This catechism question lists four general things that are done to the righteous at the day of judgment.

1. Acquitted – Set on Christ’ right hand and “openly acknowledged and acquitted.”

To be “openly acknowledged and acquitted” means that Jesus, as Judge, will declare that those who have believed in Him belong to Him (Matthew 10:32). And, Jesus, as Judge, will also pronounce them not guilty because they have been justified by faith (John 6:40).

John Fesko describes the final acquittal of the righteous well:

“Only those who are justified are raised according to their inner man. On the final day, the eschatological verdict that is passed in secret in the present, is revealed through the resurrection of the outer man. The resurrection reveals who is righteous. On the final day, when Christ returns, the righteous are immediately transformed. Again, without God uttering a single syllable, the righteous will be able to look around them and know immediately who has been declared righteous and who is wicked. There is no future aspect of justification but rather only the revelation of the verdict through the resurrection. Or, we may say that justification is ‘already,’ and what remains ‘not yet’ is the revelation of the verdict that has already been passed on the basis of the life, death, and resurrection of Christ, which the believer possesses by faith alone.” (John Fesko, “Paul on Justification and the Final Judgment”)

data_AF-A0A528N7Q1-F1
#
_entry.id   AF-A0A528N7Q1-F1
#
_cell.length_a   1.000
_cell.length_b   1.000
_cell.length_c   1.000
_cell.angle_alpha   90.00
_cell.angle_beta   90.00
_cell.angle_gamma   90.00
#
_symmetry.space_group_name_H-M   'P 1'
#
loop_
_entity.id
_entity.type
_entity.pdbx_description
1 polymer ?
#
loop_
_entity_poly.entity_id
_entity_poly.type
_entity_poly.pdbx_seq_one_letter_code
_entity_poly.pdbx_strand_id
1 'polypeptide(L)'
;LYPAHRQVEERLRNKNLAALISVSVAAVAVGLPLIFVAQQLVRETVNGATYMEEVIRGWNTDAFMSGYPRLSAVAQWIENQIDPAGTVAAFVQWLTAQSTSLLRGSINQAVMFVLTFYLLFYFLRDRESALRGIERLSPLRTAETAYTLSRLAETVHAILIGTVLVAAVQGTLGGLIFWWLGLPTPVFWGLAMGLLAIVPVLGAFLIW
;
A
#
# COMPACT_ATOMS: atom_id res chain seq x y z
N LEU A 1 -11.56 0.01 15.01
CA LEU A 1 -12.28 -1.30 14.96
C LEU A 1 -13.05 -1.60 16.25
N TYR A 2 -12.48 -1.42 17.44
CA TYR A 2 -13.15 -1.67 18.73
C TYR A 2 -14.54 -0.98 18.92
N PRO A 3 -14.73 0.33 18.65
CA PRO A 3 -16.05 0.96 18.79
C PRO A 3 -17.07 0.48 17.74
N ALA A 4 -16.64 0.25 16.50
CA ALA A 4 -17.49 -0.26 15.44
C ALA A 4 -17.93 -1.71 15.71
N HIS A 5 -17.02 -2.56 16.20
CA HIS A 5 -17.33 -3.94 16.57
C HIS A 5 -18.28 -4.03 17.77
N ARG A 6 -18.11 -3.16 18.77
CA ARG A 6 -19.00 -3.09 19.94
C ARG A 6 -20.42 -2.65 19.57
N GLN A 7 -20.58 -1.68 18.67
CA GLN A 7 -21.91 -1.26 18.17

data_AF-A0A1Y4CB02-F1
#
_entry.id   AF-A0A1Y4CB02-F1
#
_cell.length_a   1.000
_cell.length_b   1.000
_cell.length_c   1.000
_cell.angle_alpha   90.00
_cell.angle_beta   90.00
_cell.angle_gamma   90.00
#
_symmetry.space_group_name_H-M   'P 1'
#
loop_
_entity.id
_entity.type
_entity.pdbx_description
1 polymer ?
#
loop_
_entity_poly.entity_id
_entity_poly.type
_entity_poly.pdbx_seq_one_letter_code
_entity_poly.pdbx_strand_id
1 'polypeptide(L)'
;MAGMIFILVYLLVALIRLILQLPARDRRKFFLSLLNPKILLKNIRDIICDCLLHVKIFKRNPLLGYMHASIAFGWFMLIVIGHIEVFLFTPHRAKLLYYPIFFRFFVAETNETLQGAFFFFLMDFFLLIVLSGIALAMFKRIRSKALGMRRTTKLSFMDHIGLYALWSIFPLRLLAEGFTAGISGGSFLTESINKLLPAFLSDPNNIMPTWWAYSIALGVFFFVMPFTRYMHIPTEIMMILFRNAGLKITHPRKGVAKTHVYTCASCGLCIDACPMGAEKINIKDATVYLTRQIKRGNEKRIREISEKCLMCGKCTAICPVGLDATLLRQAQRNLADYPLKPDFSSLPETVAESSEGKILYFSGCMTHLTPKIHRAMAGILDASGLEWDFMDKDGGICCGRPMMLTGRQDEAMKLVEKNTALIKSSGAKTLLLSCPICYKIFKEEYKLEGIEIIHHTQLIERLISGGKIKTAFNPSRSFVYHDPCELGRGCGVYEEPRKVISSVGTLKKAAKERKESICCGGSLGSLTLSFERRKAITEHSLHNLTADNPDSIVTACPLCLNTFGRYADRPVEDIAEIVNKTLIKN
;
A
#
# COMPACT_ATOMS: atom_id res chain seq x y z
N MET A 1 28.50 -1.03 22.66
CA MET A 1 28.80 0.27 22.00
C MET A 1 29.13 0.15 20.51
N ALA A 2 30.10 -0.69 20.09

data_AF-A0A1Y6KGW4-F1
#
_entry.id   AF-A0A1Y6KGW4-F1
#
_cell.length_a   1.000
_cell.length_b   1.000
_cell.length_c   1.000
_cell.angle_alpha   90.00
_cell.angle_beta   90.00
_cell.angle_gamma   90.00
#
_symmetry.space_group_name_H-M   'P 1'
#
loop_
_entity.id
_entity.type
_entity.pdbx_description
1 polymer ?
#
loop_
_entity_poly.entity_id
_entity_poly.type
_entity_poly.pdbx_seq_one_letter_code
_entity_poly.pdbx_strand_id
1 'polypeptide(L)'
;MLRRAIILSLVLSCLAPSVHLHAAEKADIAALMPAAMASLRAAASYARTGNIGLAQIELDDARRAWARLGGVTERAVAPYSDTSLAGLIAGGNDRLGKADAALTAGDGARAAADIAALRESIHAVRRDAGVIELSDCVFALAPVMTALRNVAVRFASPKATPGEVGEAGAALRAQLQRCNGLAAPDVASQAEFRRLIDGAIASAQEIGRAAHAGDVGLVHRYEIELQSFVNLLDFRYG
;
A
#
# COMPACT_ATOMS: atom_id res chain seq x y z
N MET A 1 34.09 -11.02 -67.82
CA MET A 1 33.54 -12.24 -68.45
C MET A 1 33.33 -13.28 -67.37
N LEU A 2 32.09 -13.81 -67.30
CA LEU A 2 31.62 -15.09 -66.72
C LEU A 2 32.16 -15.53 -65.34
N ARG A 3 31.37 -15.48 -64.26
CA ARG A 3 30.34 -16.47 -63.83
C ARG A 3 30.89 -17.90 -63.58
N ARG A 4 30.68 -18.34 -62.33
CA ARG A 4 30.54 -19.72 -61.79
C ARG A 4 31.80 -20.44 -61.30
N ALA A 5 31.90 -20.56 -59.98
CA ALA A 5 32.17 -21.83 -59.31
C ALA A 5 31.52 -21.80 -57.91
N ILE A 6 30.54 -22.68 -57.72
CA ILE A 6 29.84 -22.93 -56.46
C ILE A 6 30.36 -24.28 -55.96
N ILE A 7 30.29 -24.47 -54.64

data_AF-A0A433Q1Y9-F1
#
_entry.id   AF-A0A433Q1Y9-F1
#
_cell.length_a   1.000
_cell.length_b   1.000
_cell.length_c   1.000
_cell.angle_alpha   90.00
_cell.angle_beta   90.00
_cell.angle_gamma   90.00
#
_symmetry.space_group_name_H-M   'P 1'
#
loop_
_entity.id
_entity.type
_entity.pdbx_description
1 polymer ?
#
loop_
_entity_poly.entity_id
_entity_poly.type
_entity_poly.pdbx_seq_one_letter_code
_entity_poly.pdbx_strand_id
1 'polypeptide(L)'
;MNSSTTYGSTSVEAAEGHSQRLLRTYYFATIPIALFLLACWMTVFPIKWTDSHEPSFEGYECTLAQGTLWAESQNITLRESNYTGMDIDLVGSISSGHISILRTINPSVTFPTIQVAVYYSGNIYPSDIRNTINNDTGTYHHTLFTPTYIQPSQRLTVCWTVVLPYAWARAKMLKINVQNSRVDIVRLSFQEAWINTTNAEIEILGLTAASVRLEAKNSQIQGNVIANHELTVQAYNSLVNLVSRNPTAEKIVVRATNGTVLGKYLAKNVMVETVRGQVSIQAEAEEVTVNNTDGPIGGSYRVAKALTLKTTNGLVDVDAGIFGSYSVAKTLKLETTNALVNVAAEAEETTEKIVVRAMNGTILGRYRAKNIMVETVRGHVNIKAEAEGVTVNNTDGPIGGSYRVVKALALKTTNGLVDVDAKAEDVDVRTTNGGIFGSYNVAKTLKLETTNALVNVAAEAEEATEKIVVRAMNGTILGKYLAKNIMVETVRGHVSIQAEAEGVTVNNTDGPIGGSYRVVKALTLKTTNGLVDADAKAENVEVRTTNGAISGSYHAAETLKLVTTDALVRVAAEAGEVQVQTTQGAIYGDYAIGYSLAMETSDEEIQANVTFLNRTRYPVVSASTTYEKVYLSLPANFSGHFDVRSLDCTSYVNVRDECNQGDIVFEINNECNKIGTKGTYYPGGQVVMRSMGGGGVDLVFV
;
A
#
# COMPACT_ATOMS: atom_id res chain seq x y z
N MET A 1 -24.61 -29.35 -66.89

2. Made Judges – Join Christ in judging the reprobate angels and men.

In Jesus’ parable of the dragnet (Matthew 13:47-50), he describes the final judgment and how the angels will come forth and take out the wicked from among the righteous and throw them into the furnace of fire where there will be weeping and gnashing of teeth. Both the wicked and the righteous will be brought forth to the final judgment. At the same time, the Scriptures also describe how the saints will join Christ in judging the world and apostate angels (1 Corinthians 6:2-3).

3. Made Perfect – Received into heaven where they will be fully and forever freed from all sin and misery.

As we studied and learned in a previous question, the souls of the righteous are made perfect in holiness immediately after their death (WLC 86). In the resurrection, the bodies of the righteous will be raised in power, spiritual, and incorruptible (like Jesus’ glorious body), and will be reunited to their souls forever (WLC 87). Here, the final reception into heaven of the righteous is described as making them “fully and forever freed from all sin and misery” (WLC 90). Christ washes His bride, the church, with the water of the word in order that He might present to Himself the church in all her glory on the last day, having no spot or wrinkle, but holy and blameless (Ephesians 5:25-27). We will be made like Christ in perfection and holiness (1 John 3:2).